Davey will be discussing the development of Rfresh Elite at AIP.

“Whilst food waste is a massive problem which is being addressed by LINPAC, recyclability of packaging is another key issue. Our Rfresh Elite trays are revolutionary in their ingenious sealing system, as the new sealant can be removed in the hot wash processes typically used by plastics recyclers.  This means a recycled Rfresh Elite tray will yield 100 per cent crystal clear PET – a breakthrough in tray packaging design,” he commented.

To further enhance the environmental credentials of the range, Rfresh Elite trays are manufactured from up to 95 per cent post consumer recyclate in a bid to create a closed loop recycling process and have been developed in conjunction with the company’s light weighting programme. Today, the product is the ultimate solution for meat and poultry packers in search of a high performing sustainable packaging option.

“Developing and delivering innovative and efficient packaging solutions which help to reduce the amount of food and packaging entering the waste stream has always been a key objective of LINPAC”, continued Davey. “Fresh thinking is the heart of our company and LINPAC is at the forefront of developing novel packaging solutions for our customers.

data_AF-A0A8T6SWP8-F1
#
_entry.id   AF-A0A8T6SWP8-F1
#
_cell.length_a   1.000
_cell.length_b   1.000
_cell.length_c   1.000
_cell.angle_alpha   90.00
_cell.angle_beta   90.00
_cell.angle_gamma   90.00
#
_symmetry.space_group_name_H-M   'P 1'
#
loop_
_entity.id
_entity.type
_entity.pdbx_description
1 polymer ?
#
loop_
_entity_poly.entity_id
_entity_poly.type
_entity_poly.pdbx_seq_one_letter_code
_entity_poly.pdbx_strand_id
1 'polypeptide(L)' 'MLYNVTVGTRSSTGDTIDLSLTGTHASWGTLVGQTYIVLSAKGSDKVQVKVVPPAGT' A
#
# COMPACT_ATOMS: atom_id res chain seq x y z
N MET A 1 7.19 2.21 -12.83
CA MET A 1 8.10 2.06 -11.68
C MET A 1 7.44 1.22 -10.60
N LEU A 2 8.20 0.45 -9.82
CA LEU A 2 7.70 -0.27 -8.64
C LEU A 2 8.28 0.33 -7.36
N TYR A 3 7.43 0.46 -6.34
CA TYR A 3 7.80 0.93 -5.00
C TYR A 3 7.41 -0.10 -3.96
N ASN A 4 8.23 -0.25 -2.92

“Consumers are demanding brands and retailers produce more efficient packaging, both in terms of their performance and their environmental impact, and at LINPAC we are leading the packaging industry in new developments which address these key demands.”

Alan Davey will be speaking on day one (June 1, 2016) at AIP at 11am.

NSW EPA invites applications for food waste reduction grants

The NSW EPA has opened applications for the fourth round of its ‘Love Food Hate Waste grants’, aimed at projects to reduce food waste in NSW.

The program is being delivered in partnership with the Environmental Trust, as part of the $465.7 million Waste Less Recycle More program.

EPA Chair and CEO, Barry Buffier said $470, 000 is available for local councils, NGOs, and community groups to raise awareness of food waste in NSW households and businesses.

“Each year in NSW, 800,000 tonnes of food waste ends up in landfill from households and 170,000 tonnes from business, which is why these grants that help to reduce food waste are so important,” Mr Buffier said.

“Now in this fourth and final round I encourage any councils who have not yet applied and who have projects that can be completed by June 30 next year to put in an application.”

Buffier said the Love Food Hate Waste education program, is part of a comprehensive strategy to reduce organics waste across NSW.

“The Government has been working steadily to meet the ambitious target to divert 75 percent of all waste from landfill by 2021,” he said.

“When NSW households waste, on average, over $1,000 a year on food which is thrown away, food waste avoidance initiatives can make a big difference in the amount of household waste being recovered and recycled in NSW rather than dumped.”